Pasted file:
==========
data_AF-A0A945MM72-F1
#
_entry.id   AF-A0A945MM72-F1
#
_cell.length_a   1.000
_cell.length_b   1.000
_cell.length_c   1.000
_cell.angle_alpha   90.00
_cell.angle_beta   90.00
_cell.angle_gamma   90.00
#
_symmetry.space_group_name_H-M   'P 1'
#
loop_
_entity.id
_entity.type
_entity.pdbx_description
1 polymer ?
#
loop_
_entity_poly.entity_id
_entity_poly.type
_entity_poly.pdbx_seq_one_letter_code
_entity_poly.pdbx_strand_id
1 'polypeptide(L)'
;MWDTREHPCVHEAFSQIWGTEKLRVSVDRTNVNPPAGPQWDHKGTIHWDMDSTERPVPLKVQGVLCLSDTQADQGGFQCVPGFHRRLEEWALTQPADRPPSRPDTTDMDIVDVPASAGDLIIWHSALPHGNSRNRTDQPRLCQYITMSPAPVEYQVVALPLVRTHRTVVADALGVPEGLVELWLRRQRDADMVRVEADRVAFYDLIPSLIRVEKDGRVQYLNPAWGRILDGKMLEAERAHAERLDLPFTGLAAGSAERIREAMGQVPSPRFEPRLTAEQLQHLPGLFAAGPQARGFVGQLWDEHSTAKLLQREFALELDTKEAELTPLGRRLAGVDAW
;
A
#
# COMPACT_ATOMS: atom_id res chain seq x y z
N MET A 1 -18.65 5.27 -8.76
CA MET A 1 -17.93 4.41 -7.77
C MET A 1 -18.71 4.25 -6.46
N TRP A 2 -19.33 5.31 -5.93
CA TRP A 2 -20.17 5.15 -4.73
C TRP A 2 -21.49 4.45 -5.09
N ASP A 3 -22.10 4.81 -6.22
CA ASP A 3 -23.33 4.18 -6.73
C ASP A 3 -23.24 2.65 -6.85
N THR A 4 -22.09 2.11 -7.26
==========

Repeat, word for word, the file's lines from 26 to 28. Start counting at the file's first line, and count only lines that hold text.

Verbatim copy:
;MWDTREHPCVHEAFSQIWGTEKLRVSVDRTNVNPPAGPQWDHKGTIHWDMDSTERPVPLKVQGVLCLSDTQADQGGFQCVPGFHRRLEEWALTQPADRPPSRPDTTDMDIVDVPASAGDLIIWHSALPHGNSRNRTDQPRLCQYITMSPAPVEYQVVALPLVRTHRTVVADALGVPEGLVELWLRRQRDADMVRVEADRVAFYDLIPSLIRVEKDGRVQYLNPAWGRILDGKMLEAERAHAERLDLPFTGLAAGSAERIREAMGQVPSPRFEPRLTAEQLQHLPGLFAAGPQARGFVGQLWDEHSTAKLLQREFALELDTKEAELTPLGRRLAGVDAW
;
A